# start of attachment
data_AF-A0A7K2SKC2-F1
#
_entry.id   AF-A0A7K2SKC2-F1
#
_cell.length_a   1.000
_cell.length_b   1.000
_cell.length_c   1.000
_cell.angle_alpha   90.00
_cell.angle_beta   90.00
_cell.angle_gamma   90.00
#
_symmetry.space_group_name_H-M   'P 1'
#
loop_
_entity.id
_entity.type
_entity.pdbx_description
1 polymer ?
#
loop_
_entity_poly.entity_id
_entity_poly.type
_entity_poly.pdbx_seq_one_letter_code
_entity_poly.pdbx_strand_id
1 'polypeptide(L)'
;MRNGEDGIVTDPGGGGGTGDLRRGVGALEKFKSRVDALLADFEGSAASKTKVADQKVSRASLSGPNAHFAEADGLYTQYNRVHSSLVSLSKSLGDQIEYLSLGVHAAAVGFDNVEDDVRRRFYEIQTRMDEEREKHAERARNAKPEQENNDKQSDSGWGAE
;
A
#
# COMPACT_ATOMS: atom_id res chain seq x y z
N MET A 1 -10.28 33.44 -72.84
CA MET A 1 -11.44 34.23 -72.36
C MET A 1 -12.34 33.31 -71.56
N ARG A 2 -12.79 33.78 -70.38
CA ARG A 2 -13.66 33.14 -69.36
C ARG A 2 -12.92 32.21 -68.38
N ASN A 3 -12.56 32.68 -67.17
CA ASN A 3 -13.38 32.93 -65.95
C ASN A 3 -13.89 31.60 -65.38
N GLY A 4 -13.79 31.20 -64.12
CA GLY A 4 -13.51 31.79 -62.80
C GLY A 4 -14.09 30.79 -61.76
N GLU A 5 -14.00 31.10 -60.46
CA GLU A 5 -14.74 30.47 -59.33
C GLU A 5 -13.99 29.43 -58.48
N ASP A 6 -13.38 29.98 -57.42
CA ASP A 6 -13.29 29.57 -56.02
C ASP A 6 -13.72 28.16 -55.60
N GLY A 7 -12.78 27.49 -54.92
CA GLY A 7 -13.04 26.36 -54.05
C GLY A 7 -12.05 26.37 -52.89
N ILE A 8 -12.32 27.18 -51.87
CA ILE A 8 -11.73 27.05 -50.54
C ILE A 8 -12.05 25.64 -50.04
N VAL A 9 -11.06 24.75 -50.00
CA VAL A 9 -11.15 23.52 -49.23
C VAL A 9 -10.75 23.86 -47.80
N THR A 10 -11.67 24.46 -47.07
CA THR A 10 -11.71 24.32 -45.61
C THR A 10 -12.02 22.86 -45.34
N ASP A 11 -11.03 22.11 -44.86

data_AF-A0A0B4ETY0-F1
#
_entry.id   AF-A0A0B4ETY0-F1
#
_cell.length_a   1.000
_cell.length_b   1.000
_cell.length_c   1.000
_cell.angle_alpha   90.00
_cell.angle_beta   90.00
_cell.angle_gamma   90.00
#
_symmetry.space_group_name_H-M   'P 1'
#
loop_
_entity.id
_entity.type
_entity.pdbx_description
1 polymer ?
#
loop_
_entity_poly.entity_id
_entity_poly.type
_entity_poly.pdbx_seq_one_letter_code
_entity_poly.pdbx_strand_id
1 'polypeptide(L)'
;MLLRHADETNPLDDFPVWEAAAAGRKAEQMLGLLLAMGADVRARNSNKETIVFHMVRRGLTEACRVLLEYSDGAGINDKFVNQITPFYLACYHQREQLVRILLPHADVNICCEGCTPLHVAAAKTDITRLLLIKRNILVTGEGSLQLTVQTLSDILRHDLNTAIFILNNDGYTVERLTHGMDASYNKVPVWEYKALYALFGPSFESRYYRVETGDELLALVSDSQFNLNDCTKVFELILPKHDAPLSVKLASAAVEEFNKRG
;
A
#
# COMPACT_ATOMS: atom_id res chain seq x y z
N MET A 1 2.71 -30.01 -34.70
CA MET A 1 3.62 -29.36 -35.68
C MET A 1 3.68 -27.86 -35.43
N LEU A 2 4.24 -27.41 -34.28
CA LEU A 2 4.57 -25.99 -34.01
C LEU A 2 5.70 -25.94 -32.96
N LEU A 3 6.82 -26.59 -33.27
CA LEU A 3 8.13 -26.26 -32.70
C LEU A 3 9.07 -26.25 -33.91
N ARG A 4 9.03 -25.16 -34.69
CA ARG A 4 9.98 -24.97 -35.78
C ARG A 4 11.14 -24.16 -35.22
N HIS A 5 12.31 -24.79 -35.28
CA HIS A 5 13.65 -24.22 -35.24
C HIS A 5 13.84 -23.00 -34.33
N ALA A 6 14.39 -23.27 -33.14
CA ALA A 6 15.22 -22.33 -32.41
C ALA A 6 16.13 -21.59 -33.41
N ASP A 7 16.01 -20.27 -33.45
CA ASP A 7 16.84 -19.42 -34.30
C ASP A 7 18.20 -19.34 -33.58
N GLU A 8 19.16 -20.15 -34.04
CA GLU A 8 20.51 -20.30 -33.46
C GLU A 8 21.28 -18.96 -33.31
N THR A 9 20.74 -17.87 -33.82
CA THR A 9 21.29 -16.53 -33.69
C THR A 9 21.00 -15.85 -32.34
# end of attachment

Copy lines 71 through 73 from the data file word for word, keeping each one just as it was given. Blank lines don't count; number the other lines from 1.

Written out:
_cell.angle_gamma   90.00
#
_symmetry.space_group_name_H-M   'P 1'